"That is fair, down the right field line. Giambi on his way to third, and they're gonna wave him around! The throw misses the cutoff man--shovel to the plate! Out at the plate! Derek Jeter with one of the most unbelievable plays you will ever see by a shortstop![9]

The play was later voted # 7 in Baseball Weekly's 10 Most Amazing Plays of all time.[10]

"Mr. November"

After the September 11th terrorist attacks, the baseball season was put on hold. Because of this, the playoffs started later, and Game 4 of the 2001 World Series was played on October 31st. The game went into the tenth inning tied at 3-3. At midnight, the scoreboard in center field read "Attention Fans, Welcome to NOVEMBER BASEBALL". This was the first time that any non-exhibition baseball game had been played in the month of November.

Moments after this message was displayed on the board, Jeter sent a 3-2 pitch from Byung-Hyun Kim over the right field stands. A fan in the stands held up a sign with the words "Mr. November", which he likely planned to hold up if anyone did something major after midnight. Michael Kay, who called the walkoff home run, called Jeter by this name, referencing the sign. Despite the nickname, Jeter was 3 for 12 (.250) in November baseball that season, as the Yankees lost the World Series in seven games to the Arizona Diamondbacks.

The Dive

Another play made by Jeter during a July 1, 2004, game against the rival Boston Red Sox. In the top of the 12th inning, with the score tied at 3, the Red Sox had runners on second and third with 2 outs and right fielder Trot Nixon up at bat[5]. Nixon hit a pop fly down the left field line. Jeter ran from his position at shortshop and made an over-the-shoulder catch. In dramatic fashion he launched himself over the third base side railing, landing three rows into the left field seats, and lacerating his chin and bruising his face in the process. Jeter was later taken out of the game. This catch ended the inning and later the Yankees went on to win the game in the bottom of the 13th inning. The "Dive" was awarded Play Of The Year in the This Year In Baseball awards competition, as voted on by fans at MLB.com. The play is also currently seen during the introduction of Sunday Night Baseball on ESPN.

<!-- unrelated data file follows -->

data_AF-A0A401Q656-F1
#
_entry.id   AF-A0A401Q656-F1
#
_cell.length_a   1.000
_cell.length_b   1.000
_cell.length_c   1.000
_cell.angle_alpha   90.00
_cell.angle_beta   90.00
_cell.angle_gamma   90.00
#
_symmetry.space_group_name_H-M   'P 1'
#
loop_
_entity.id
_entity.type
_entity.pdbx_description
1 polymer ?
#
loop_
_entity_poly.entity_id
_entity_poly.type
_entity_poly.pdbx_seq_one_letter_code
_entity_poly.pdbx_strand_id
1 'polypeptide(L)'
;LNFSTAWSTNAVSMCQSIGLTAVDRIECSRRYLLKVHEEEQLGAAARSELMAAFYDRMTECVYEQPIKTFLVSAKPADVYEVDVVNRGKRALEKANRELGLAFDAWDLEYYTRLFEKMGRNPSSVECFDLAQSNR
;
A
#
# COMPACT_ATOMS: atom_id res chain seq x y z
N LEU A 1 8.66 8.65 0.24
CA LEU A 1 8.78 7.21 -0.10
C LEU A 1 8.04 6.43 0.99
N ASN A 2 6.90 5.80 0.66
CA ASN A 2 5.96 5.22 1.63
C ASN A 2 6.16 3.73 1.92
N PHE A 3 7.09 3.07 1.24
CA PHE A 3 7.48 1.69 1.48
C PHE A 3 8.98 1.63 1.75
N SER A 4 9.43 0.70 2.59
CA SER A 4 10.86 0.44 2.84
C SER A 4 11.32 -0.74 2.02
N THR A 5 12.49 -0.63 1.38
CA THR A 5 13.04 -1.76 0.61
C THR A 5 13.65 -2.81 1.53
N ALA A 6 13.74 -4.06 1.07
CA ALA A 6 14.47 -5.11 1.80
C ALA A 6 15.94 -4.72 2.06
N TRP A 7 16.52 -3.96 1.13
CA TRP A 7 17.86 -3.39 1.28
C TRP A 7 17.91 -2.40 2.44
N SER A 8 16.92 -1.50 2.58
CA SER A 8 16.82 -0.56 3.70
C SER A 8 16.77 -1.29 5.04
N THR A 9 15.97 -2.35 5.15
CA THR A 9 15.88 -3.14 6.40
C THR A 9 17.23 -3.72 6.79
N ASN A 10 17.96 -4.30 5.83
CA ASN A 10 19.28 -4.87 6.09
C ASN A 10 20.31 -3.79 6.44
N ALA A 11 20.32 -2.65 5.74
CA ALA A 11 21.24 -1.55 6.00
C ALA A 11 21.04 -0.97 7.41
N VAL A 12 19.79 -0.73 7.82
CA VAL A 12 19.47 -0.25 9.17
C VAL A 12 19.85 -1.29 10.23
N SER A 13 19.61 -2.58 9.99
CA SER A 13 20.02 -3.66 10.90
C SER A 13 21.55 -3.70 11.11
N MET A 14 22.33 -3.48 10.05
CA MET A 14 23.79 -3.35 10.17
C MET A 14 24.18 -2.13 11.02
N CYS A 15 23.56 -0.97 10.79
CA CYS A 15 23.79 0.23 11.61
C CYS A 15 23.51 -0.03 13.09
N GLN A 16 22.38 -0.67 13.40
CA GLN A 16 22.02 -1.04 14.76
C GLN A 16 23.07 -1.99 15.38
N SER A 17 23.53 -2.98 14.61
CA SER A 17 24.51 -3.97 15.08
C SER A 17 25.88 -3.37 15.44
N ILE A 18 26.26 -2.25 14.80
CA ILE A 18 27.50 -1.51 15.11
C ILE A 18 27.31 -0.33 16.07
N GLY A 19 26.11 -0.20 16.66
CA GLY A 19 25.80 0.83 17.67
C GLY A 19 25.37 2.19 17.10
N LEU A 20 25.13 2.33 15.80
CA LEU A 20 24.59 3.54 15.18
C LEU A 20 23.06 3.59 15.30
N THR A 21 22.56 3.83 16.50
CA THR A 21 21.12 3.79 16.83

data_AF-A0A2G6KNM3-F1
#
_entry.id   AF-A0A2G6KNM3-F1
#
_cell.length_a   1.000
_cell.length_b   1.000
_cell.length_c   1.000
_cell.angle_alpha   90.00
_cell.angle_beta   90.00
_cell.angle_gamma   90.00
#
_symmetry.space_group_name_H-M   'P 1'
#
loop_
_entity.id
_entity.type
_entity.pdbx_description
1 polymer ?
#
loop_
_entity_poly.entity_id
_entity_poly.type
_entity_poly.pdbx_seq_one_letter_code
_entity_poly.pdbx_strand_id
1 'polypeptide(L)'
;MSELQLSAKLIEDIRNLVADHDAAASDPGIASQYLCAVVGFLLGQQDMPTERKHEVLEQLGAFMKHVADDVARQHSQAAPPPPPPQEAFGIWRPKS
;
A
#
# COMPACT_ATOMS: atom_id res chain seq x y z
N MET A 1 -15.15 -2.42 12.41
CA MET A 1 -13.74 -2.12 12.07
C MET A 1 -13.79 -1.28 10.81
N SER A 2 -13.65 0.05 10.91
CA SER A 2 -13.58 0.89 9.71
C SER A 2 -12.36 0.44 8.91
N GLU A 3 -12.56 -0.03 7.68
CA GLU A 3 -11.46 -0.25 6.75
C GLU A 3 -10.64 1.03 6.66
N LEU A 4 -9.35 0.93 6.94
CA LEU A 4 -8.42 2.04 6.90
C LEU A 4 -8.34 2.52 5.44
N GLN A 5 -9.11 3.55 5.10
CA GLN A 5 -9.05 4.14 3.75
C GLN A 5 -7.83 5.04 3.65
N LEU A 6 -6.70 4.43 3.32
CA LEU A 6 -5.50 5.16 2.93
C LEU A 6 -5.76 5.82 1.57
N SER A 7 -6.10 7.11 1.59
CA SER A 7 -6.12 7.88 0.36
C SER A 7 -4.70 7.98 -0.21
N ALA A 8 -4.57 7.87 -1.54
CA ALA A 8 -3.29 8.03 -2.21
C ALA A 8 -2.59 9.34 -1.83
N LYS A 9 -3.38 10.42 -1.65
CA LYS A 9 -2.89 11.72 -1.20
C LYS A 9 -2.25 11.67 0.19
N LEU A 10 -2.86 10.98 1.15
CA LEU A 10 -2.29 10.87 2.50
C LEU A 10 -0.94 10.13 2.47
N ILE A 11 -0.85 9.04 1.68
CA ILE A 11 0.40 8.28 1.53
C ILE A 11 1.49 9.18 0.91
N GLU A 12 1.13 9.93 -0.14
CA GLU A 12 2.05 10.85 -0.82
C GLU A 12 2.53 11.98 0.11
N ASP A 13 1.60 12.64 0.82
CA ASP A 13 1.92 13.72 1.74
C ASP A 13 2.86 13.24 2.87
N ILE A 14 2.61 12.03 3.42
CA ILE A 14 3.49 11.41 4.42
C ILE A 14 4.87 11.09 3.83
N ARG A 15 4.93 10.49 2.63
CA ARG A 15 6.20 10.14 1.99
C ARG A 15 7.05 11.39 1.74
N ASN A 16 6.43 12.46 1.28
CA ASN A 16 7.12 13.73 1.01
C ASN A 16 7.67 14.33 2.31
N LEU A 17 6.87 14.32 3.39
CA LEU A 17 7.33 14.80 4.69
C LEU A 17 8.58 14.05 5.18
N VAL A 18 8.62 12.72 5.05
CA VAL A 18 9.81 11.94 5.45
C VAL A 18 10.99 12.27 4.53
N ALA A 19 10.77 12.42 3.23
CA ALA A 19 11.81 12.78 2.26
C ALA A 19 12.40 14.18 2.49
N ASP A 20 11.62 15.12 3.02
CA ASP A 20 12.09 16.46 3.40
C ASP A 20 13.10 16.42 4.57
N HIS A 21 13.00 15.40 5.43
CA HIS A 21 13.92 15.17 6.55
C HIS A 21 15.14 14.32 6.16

The question surrounding this play is whether the ball would have landed in fair territory. If the ball was fair and not caught, Nixon would have driven in two runs to put the Red Sox up 5-3. If the ball had landed foul, it simply would have been a strike. Either way, the play ended the inning, and helped the Yankees win. The third base umpire, Fieldin Culbreth, called it a fair ball.

The Jeffrey Maier Incident

During the 1996 American League Championship Series, Jeter was involved in what has become an infamous moment in postseason history. During game one, with the Yankees trailing the Baltimore Orioles 4-3 in the 8th inning, Jeter hit a fly ball to right field. As right fielder Tony Tarasco moved to make a play on the ball near the fence, appearing to have a chance to catch the ball, 12 year old Jeffrey Maier reached over the wall and caught the ball, pulling it back into play. Despite Tarasco's protest, the umpires convened and ruled the ball a home run. Replays conclusively showed that had Maier not interfered, the ball would have fallen in the field of play, potentially into Tarasco's glove for an out. The Yankees would go on to win the game in 11 innings, and eventually the series, 4 games to 1. Despite the incorrect ruling, the home run was the first of Jeter's postseason career.

Yankee captain

File:Jeterondeck.jpg
Jeter waiting on deck in the 2008 season opener against the Toronto Blue Jays on April 1, 2008

The New York Yankees named Jeter the 11th recognized captain in Yankees history on June 3, 2003, after 8 years without one. (Dispute over the true count was noted in a lengthy article in the New York Times on March 25, 2007, by Vincent M. Mallozzi[11].) Jeter became the first official captain of the team since Don Mattingly retired in 1995. He is in the 7th year of a 10-year contract and made $20.6 million for the 2007 season. This contract is the 2nd largest contract in baseball history.

Criticisms